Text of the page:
in: Zeitschrift für Friedens– und Konfliktforschung 6:2 , pp.174-206.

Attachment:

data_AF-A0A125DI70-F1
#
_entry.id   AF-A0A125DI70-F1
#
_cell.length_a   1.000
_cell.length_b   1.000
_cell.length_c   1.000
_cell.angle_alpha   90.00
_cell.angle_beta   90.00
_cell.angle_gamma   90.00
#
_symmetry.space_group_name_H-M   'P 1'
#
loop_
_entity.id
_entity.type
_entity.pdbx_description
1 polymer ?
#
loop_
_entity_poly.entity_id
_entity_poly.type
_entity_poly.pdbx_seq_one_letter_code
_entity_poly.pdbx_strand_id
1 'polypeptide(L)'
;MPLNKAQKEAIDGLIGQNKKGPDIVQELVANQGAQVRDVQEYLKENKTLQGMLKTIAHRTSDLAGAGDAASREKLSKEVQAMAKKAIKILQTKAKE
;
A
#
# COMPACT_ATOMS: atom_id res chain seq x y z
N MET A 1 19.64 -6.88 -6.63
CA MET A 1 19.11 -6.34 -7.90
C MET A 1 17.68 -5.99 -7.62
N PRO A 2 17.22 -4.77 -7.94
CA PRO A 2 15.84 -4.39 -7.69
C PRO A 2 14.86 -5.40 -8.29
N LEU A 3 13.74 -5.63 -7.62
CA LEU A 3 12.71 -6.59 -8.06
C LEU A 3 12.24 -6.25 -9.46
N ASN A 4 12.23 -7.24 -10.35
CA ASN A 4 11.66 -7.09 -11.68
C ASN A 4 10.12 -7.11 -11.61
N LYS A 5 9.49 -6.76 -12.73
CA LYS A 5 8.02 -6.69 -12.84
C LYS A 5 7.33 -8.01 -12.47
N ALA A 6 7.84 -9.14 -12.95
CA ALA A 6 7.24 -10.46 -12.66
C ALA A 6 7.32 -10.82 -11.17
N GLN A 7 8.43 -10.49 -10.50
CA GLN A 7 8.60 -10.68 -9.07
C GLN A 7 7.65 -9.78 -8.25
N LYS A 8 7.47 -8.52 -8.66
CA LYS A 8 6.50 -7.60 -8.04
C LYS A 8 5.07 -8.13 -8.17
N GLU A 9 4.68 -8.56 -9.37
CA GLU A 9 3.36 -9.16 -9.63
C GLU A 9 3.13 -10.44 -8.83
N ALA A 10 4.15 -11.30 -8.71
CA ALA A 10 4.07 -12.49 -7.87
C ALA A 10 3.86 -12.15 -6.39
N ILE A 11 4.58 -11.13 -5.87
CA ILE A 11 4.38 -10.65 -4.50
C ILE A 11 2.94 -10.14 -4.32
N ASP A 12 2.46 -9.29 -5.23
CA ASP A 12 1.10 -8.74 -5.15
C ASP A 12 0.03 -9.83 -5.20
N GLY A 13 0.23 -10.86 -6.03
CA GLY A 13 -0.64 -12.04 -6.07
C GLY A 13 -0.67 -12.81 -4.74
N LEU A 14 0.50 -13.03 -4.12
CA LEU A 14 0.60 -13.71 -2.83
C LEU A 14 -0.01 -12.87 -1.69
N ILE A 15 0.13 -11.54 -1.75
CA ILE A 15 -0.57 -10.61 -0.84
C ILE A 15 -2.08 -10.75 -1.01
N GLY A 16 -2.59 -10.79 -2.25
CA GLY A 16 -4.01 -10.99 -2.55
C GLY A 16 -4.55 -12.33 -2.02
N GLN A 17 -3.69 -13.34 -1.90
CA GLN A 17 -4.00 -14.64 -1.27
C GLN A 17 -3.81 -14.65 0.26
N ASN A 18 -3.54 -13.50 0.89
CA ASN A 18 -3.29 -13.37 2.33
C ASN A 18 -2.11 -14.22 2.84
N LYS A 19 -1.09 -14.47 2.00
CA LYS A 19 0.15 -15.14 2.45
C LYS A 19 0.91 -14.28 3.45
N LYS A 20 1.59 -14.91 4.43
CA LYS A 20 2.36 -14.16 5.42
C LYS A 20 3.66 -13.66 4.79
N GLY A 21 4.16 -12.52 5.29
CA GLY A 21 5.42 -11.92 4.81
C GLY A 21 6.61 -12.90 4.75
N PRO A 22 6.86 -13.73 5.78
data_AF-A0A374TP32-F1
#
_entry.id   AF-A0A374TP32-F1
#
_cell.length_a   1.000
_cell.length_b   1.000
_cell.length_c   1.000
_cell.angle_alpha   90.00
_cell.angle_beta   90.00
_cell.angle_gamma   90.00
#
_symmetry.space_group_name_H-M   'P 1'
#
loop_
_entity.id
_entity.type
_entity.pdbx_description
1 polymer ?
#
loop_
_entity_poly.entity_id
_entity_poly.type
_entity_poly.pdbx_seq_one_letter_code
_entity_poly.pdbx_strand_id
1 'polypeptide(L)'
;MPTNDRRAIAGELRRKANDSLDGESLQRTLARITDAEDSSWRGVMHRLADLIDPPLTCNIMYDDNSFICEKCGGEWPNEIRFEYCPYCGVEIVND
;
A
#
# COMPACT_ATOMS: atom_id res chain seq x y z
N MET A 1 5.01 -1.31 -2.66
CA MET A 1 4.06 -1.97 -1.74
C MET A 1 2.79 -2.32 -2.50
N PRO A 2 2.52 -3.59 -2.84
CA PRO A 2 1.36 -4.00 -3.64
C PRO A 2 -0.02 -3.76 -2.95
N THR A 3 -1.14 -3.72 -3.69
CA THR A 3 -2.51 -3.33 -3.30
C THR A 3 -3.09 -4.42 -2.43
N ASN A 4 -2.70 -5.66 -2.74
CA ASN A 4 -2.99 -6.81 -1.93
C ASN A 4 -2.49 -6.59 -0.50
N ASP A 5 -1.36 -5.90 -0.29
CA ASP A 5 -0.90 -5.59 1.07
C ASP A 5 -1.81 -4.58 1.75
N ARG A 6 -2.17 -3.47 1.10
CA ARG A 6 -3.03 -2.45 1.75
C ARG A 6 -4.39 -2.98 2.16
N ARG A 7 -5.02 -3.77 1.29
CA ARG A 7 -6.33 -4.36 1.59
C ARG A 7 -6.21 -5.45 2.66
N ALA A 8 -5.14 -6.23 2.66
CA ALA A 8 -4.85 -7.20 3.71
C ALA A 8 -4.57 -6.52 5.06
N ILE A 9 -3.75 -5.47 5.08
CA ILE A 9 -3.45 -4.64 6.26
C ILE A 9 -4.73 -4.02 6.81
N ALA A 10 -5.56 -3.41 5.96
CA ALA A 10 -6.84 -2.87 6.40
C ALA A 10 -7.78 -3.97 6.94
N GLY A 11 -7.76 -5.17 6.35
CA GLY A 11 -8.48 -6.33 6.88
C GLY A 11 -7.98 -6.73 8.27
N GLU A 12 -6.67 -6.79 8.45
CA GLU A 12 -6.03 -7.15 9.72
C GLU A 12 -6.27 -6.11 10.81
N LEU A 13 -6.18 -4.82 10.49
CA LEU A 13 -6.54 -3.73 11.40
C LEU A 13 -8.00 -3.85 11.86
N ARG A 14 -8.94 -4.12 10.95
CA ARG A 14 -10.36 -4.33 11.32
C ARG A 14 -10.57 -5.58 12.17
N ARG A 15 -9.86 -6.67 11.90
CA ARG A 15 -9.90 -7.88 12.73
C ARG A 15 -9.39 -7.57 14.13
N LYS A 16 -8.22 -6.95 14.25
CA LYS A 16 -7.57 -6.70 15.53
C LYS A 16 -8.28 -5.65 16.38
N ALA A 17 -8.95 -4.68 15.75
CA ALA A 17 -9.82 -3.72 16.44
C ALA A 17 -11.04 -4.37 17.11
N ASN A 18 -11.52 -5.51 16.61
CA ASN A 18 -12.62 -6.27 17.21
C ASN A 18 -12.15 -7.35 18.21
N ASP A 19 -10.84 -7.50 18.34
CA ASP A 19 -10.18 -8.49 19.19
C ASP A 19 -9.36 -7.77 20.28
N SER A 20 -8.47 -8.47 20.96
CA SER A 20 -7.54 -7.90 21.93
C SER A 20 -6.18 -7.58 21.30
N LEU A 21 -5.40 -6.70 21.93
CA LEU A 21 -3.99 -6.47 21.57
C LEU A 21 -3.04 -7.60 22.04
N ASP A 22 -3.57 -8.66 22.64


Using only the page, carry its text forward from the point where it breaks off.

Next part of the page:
In many post-conflict and transition countries the boundaries between legal and illegal forms of lobbying and decision-making are increasingly blurred. It seems that the state and state institutions are literally >captured< by the private interests of elites and their networks. In the past years, the term >state capture< was increasingly applied by academics, think tanks, international organizations and civil society actors alike to describe a destructive form of corruption. However, we still miss analytical clarity to describe and explain this phenomenon. In the paper, I will develop state capture as an innovative analytical framework as a way to overcome the affirmative and catch-all use of the term and to allow for a discriminate application of this concept in future research. I define state capture as a form of informal governance which is strengthened during periods of political transition. I argue that formal state institutions get >hijacked< by entrenched clientele networks who give their informal ways of decision making (e.g. by corruption) a formal mantle. At worse, a captured state is unable to reform and adapt, thus caught in a stagnating hybrid status quo and showing strong resilience to any change. With the case of Bosnia and Herzegovina I will demonstrate the plausibility of the concept for analyzing special forms of informal governance.
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